Hitting the field: After weeks of summer workouts, official prep practice finally starts
by Brandon Miller
bmiller@annistonstar.com
Aug 05, 2013 | 4508 views |  0 comments | 32 32 recommendations | email to a friend | print
Ragland's Matt Hicks cools off during Monday's practice. (Photo by Stephen Gross/The Anniston Star)
Ragland's Matt Hicks cools off during Monday's practice. (Photo by Stephen Gross/The Anniston Star)
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High school players have spent countless hours on the practice field over the last two months, but Monday morning had a different feel to it.

In Calhoun County and around the state, high school football teams hit the field for the official start of preseason practice by AHSAA rule. Although it’s the first of many practices that will extend over at least the next three months, it also signified being that much closer to Aug. 29-30, when teams will play their season openers.

“The players were upbeat, but it wasn’t really too much different than what we’ve been doing all summer long,” Wellborn coach Jeff Smith said. “Monday was just like a normal Monday with us starting out in the weight room, but Tuesday we’re having two-a-days.”

The transition from the last week of summer conditioning workouts to the first day of practice declined drastically after the Alabama High School Athletic Association changed the date on which players are allowed to practice in full pads. They must wait until the fourth day of practice, which is Thursday. No shoulder pads and leg pads are allowed for the first three days, but helmets are. Teams are allowed to condition and do drills during June and July.

“You get tired of summer workouts and you’re ready to get back to playing football. Starting practice is really refreshing,” Alexandria coach Frank Tucker said. “The guys seemed really excited, but that’s common. I’ve always felt that it’s easy to be excited the first few days, but how excited are you the second week. The telling facts are how excited are you later.”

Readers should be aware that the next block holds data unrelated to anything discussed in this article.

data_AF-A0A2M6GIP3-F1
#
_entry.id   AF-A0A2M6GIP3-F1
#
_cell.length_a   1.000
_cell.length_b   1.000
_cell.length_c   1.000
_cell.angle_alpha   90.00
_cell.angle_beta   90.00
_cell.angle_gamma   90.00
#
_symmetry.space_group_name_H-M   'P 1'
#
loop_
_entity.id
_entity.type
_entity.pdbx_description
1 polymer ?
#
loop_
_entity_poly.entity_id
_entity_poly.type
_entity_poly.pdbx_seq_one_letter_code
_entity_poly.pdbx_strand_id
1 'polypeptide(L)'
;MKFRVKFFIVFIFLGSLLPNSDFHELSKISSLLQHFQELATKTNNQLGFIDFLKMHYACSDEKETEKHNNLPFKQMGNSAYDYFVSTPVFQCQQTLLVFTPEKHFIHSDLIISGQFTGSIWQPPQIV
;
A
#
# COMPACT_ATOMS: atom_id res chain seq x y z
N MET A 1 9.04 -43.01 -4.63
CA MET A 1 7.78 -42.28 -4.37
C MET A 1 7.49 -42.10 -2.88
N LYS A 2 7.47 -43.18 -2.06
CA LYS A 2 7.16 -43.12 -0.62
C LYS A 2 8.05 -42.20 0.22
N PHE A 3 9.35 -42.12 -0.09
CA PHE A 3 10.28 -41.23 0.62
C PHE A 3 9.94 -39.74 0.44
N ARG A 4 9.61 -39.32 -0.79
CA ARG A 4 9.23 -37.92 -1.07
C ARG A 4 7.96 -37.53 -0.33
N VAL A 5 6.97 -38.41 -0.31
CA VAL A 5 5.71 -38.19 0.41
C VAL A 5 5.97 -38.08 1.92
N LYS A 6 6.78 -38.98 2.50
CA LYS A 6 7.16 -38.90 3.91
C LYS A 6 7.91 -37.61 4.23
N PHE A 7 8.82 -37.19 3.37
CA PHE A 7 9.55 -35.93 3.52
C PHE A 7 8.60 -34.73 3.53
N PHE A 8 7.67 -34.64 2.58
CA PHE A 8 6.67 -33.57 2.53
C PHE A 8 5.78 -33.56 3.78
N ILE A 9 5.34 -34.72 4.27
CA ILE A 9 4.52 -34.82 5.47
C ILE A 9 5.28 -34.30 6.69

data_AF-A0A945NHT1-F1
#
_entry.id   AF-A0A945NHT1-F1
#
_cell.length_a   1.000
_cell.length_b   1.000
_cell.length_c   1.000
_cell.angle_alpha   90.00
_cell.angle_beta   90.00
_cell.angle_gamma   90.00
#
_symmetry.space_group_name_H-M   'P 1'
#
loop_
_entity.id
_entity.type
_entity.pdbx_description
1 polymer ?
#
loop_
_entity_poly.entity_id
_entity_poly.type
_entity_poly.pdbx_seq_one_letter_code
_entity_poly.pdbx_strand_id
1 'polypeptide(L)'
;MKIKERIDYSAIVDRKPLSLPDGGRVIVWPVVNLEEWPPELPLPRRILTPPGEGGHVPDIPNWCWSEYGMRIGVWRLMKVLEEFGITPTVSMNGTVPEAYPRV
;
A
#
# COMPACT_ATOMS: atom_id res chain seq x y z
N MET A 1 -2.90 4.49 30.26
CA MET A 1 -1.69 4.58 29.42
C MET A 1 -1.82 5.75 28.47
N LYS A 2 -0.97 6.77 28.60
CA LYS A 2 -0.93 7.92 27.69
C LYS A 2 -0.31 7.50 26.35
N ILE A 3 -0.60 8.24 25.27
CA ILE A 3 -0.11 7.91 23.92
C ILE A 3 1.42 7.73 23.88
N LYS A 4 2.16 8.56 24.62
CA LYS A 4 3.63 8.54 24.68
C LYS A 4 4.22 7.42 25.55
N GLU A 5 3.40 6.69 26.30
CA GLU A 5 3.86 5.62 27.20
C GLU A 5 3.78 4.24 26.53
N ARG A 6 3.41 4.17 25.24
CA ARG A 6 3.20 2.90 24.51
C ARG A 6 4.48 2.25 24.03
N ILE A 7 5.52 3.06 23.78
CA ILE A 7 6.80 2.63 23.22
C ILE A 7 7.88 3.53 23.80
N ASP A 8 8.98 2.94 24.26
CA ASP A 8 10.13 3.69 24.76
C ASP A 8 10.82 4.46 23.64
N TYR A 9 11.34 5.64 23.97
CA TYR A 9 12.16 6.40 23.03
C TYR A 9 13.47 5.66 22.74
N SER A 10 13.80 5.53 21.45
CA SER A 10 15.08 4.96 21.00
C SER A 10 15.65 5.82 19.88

Oxford coach Ryan Herring said practice is going to get tougher each day, but with the rules that have been put in place by the AHSAA, it’s tougher mentally than physical for players.

“They’ve got to keep players protected well, so it’s not as tough as it used to be,” Herring said. “You’ve got rules now that you can’t go two-a-days two days in a row. They do a lot to protect the health of the kids, so it’s probably more mental being out and getting acclimated to the heat than anything else.”

The heat has pushed practices to the earlier and later parts of the day. Alexandria took the field at 8 a.m. for its first practice Monday and returned at 5 p.m. With temperature reaching 87 degrees during the hottest part of the day, Monday morning and late afternoon was nearly 10 degrees cooler.

But in a football-crazy state, coaches and players were excited to return to the field regardless of the weather conditions.

“They were more intense Monday than they were last week,” said Smith, whose team will play in the Champions Challenge on Aug. 22. “We’ve got a countdown for the first ballgame and the Champions Challenge game. We’re going to be playing a football game in 17 days. They can see the light at the end of the tunnel.”

Part of the light is accompanied by players putting on full pads in two days and entering a traditional practice setting. However, Herring said his first practice at Oxford was the same as if the Yellow Jackets had on full equipment.

“We’re still going 11-on-11, doing inside runs, perimeter runs and all that stuff,” he said.“We’re doing everything like it’s a real practice. We just don’t have the contact that you’ll have when you’re in pads.”

With another important date down, high school football is a day closer to kicking off. Teams are fewer than two weeks from intrasquad scrimmages, fewer than three weeks from jamboree games and four weeks from Week 1 games.

“I want to build the excitement to play to Friday,” Smith said. “I don’t want them just crazy today, I want to get it to Friday. I want to structure my week to where it builds up to game day.”

Sports Writer Brandon Miller: 256-235-3575. On Twitter @bmiller_star.

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